In a March 2017 article, “We Don’t Just Need Diverse Children’s Books — We Need Black Parenting Storiesauthor Nefertiti Austin points out that “The Black parenting experience is missing from memoirs and books about raising children. We are all poorer for it.” Austin expands further, noting that, “This complicated intersection of race, identity, and representation is why narratives written by Black authors offer Black children the best insight into their future. Our books also serve as essential resources for white parents in need of strategies to help their Black children negotiate all-white environments with their self-esteem intact.”

Austin’s critique is not mere opinion. The Cooperative Children’s Book Center (CCBC) released its statistics on the number of children’s books by and about people of color (Feb 2018). While diversity in children’s books and books about children by people of color has consistently increased in the past decade, recent data ignominiously confirms that Black, Latino and Native authors combined wrote only 7% of children’s books that were published in 2017. According to detailed CCBC statistics, only 29% of books about African/African American people were by Black authors/illustrators. Also, only 34% of books about Latinx folks were written/illustrated by Latinx people whereas last year the percentage was 61%.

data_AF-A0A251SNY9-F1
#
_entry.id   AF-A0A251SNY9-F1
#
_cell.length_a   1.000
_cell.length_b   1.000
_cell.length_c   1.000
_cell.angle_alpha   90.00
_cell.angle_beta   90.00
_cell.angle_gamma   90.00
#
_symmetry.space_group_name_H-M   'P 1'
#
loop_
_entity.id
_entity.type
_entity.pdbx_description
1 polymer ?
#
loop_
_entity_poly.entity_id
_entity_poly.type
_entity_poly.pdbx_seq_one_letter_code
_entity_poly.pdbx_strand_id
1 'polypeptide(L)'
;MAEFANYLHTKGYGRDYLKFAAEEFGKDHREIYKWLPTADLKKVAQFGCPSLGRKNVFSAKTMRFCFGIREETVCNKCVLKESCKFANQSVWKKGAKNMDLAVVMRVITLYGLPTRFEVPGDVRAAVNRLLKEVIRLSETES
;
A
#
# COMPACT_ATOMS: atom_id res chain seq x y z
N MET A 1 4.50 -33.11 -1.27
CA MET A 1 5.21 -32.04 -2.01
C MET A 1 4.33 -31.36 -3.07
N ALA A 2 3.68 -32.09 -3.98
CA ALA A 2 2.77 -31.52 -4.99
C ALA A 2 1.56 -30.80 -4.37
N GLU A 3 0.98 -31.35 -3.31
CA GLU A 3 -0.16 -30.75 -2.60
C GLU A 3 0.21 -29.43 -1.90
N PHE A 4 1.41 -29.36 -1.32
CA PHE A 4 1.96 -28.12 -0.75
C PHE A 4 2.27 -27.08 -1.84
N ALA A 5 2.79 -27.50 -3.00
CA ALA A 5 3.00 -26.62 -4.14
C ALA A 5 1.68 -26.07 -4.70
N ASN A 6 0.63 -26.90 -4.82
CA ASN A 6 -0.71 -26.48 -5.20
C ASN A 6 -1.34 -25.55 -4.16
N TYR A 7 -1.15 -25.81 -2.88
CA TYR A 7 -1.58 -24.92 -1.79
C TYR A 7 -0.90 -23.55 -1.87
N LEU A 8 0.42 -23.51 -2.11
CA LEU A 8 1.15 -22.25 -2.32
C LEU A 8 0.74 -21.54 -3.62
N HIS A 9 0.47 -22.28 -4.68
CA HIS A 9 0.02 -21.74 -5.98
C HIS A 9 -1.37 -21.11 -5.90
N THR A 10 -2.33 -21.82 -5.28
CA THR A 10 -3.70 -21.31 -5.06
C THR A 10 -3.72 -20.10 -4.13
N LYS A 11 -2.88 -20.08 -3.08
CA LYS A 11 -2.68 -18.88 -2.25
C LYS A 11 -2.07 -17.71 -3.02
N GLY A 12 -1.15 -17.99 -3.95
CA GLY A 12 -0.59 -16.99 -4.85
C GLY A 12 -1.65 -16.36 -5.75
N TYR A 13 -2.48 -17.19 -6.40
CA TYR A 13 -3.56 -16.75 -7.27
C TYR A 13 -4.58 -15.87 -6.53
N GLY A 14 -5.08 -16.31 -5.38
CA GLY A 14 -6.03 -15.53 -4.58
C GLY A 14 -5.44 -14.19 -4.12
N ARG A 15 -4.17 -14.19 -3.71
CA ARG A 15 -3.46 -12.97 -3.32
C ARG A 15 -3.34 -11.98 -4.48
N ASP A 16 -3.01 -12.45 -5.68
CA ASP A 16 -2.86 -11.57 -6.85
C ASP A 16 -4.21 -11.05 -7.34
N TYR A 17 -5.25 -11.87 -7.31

This crisis is not new. The CCBC’s findings were equally daunting in 2015. The data revealed that “more books are being published about characters from a particular culture by someone who is not from that culture than by someone who is. This disparity is most dramatic when it comes to books with African/African American content, of which only 39% were by African Americans.” Further In 2014, there were 393 books published about people of color, of which 225 (57%) were by people who were not from the culture about which they wrote or which they illustrated.